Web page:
From a business perspective much of the debate around remote operations and automation centres on improving productivity and cutting costs.
From the employee or union side, the focus is on job cuts, and having computers taking work normally assigned to people.
But outside these main areas experts say the safety improvements these initiatives bring are too often ignored.
In an industry that's rightfully paranoid about keeping workers safe, experts say remote ops and automation are the key to making mining roles safer.
Just as new machinery took much of the danger and physical work out of mining in the 20th century, companies are looking for software and hardware to take an even more active role in extracting minerals.
And at the same time as introducing these initiatives, experts are confident they can retain job numbers, and even improve the quality of work for those employees.
Speaking at the Honeywell Users Group earlier this year Honeywell's Gerry Gutierrez said more companies were now focusing on how automation and remote control could help their safety records.
Gutierrez said that because mining companies had developed a reputation for a focus on safety, they were constantly looking for new ways to make improvements on their sites.
"Safety is a key aspect and a growing one in this sector," he said.
"The thing about health, safety, and the environment is that there's a responsibility for these operators to have high standards on operations and to keep that level of performance."
Gutierrez said by introducing remote operations and automation workers were moved away from the frontline of mining projects.
He said moving workers away from these danger zones would translate to less fatalities and injuries.
But more than just cutting these core concerns, remote operations allow miners to better standardise sites, and keep better records of what's going on.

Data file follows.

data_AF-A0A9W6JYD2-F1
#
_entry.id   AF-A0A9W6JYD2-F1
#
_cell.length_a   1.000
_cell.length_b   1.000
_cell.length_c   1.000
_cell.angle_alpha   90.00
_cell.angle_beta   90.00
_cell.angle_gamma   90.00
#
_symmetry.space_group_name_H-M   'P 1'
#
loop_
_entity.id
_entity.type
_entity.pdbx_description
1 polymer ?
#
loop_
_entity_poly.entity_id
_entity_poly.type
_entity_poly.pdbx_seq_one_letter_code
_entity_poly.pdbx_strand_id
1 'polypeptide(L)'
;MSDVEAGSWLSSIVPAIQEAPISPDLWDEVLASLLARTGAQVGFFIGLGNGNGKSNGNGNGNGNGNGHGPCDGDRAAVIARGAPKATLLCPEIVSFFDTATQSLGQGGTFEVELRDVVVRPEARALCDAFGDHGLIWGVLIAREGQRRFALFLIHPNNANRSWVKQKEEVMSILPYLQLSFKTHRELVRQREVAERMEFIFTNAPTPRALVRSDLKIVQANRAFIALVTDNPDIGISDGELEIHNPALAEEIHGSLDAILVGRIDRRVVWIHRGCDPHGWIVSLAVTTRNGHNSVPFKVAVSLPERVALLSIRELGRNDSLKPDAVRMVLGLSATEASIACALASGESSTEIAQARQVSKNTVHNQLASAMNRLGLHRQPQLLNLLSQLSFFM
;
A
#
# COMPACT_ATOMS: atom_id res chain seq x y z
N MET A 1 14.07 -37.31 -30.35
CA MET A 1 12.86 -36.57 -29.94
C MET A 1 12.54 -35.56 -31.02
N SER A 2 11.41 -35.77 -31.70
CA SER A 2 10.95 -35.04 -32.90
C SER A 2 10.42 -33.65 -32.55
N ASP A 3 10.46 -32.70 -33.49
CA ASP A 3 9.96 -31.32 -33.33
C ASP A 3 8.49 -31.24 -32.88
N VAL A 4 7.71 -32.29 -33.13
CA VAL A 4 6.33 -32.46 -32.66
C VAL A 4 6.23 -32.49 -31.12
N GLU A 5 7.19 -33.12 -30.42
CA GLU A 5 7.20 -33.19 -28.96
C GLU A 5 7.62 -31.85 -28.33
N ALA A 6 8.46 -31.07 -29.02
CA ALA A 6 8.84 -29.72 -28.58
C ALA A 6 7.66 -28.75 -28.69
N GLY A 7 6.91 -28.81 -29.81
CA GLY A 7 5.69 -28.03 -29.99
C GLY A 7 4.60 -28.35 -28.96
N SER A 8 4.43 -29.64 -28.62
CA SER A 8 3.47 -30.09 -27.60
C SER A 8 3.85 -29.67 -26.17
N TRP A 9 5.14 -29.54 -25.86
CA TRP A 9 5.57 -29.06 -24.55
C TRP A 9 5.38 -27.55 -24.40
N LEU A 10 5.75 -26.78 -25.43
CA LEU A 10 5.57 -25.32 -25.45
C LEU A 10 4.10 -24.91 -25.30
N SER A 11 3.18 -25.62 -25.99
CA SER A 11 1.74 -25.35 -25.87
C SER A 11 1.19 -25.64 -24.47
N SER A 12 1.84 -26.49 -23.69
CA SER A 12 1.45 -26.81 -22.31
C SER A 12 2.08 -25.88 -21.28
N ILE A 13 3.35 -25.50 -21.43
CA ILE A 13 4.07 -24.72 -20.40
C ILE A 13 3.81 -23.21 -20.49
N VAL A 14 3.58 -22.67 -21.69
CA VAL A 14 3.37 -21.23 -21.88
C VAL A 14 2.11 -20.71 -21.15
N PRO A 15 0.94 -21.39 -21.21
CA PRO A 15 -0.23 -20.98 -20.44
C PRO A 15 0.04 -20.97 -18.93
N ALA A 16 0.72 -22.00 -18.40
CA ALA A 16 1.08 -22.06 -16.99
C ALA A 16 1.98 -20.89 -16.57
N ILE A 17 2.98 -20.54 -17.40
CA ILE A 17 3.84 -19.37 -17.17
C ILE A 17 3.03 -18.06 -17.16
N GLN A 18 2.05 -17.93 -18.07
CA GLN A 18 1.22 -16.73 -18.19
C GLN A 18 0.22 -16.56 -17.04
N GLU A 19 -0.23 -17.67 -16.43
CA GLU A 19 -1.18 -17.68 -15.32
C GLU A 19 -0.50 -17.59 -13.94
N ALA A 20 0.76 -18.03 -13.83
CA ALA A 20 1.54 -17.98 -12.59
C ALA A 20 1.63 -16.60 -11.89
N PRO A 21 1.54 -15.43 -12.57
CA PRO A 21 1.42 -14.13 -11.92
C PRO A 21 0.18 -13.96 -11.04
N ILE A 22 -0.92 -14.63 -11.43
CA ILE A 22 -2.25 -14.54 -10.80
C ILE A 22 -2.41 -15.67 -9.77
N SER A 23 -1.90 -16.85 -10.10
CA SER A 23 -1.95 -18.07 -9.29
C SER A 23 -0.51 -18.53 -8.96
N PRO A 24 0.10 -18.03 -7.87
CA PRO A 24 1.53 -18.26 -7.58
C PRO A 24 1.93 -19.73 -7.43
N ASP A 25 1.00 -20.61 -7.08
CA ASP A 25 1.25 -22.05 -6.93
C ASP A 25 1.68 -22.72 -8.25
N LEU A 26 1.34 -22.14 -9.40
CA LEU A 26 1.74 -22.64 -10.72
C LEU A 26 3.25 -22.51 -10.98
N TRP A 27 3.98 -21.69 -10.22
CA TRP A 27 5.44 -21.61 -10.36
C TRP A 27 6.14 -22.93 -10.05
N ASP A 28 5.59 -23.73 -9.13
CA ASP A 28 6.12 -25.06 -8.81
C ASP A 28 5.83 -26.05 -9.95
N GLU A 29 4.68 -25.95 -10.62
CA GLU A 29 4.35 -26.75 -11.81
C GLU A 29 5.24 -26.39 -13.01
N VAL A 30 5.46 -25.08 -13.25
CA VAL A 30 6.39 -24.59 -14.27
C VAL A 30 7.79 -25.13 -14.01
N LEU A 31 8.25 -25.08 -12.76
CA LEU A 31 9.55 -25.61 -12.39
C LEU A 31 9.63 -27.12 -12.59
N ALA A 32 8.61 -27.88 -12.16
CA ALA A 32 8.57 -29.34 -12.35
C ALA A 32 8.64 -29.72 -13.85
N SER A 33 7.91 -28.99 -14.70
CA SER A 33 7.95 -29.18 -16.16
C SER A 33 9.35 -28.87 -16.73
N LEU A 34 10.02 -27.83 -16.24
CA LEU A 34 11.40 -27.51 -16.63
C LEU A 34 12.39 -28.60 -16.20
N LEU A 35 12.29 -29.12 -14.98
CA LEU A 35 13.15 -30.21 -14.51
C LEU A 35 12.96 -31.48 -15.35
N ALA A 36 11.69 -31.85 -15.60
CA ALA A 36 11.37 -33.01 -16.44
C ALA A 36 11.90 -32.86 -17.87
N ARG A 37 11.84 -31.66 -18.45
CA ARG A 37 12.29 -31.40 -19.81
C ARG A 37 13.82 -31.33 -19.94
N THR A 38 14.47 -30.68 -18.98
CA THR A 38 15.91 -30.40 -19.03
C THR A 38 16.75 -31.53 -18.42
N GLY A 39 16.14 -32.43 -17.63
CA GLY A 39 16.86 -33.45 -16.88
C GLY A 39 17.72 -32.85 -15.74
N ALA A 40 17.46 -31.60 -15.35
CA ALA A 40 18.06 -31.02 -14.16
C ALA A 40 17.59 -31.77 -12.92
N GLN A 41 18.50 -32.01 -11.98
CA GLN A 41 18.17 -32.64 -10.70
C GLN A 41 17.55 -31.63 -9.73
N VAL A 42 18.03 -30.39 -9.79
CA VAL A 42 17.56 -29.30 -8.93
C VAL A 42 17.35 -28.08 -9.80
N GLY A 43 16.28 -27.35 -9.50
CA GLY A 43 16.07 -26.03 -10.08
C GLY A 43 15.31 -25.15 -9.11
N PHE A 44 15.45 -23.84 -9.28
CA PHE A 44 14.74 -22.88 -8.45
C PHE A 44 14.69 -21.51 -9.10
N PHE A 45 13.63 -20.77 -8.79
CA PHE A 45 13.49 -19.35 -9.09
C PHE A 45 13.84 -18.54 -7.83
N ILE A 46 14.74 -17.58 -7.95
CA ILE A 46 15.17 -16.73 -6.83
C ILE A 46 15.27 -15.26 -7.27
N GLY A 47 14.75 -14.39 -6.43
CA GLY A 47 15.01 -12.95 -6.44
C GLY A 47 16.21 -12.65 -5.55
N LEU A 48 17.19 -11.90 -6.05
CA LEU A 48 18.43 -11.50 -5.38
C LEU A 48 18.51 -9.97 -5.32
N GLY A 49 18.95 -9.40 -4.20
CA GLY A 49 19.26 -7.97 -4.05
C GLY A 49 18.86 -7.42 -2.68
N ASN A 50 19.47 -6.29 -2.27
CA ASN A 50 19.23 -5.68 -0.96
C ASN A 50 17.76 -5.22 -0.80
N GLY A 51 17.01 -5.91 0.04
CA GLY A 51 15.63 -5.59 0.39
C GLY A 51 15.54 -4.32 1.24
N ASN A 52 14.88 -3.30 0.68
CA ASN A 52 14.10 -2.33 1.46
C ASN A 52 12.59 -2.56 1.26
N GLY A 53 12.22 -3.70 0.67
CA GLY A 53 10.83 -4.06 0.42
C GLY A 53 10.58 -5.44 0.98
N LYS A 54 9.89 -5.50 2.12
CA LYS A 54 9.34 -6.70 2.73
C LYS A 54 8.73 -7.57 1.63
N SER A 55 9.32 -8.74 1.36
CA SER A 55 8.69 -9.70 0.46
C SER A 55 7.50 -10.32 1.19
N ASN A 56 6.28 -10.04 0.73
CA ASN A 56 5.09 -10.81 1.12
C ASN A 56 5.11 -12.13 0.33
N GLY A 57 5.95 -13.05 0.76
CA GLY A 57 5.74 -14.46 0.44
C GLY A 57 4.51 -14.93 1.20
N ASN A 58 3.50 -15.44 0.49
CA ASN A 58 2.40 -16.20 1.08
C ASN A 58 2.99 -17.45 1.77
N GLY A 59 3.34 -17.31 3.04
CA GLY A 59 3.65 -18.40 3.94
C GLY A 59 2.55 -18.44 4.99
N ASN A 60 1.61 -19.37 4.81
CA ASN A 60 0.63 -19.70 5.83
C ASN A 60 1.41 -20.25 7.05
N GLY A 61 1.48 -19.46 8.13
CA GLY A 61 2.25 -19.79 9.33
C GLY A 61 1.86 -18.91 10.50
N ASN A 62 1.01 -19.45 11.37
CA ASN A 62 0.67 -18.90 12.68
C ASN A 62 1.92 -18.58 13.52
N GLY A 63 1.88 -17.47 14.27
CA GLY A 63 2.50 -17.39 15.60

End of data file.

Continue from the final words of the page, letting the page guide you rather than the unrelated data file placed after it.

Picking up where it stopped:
Such improvements mean companies are better armed at tracking if safety measures are in place and being used effectively.
"By using these centres we're able to enforce better compliance of safety, better protection, and better use of equipment on site," he said.
"That's also while we're relocating and moving some of these people out of these locations so that there's less risk exposure to the people on site."
Nevertheless these claims are up for challenge, primarily by the Construction, Forestry, Mining, and Energy Union (CFMEU).
In its long running campaign against remote operations and automation, the CFMEU has claimed that the safety benefits claimed by miners are disingenuous.
According to the CFMEU the most dangerous parts of a mine are the workshops, which will still remain once these new initiatives are introduced.
By the CFMEU's logic remote operations will only lead to benefits for the employer, and might even result in job cuts for other workers.
But the CFMEU, mining companies, and automation experts all have their own agendas to run in this debate, and so the veracity of their comments is always up to question.
To form a full picture of safety and how remote operations would play out in this environment, Australian Mining put the word out to its community.
Whilst it was an unscientific survey, workers gave us varying accounts of the most dangerous places on site.
Some said it was in the pit or at the coalface, and some said it was in the workshops.
And quite a few marked driving the roads leading to some mines, struggling under a heavy rise in traffic, as the most dangerous part of the job.
The feedback confirms what many would suspect already.
There is truth to claims by both the CFMEU and mining companies, and neither party is completely out of touch on the topic.
Like so many issues in the mining industry there's no clear winner in this debate.
Both remote control and automation experts, along with the unions, are trying to work toward a safer environment for employees, whilst at the same time gaining improvements on production.
Combining these interests and views into a single picture will put us on the road to a safer workplace, with automation and remote control playing a key part in the future landscape.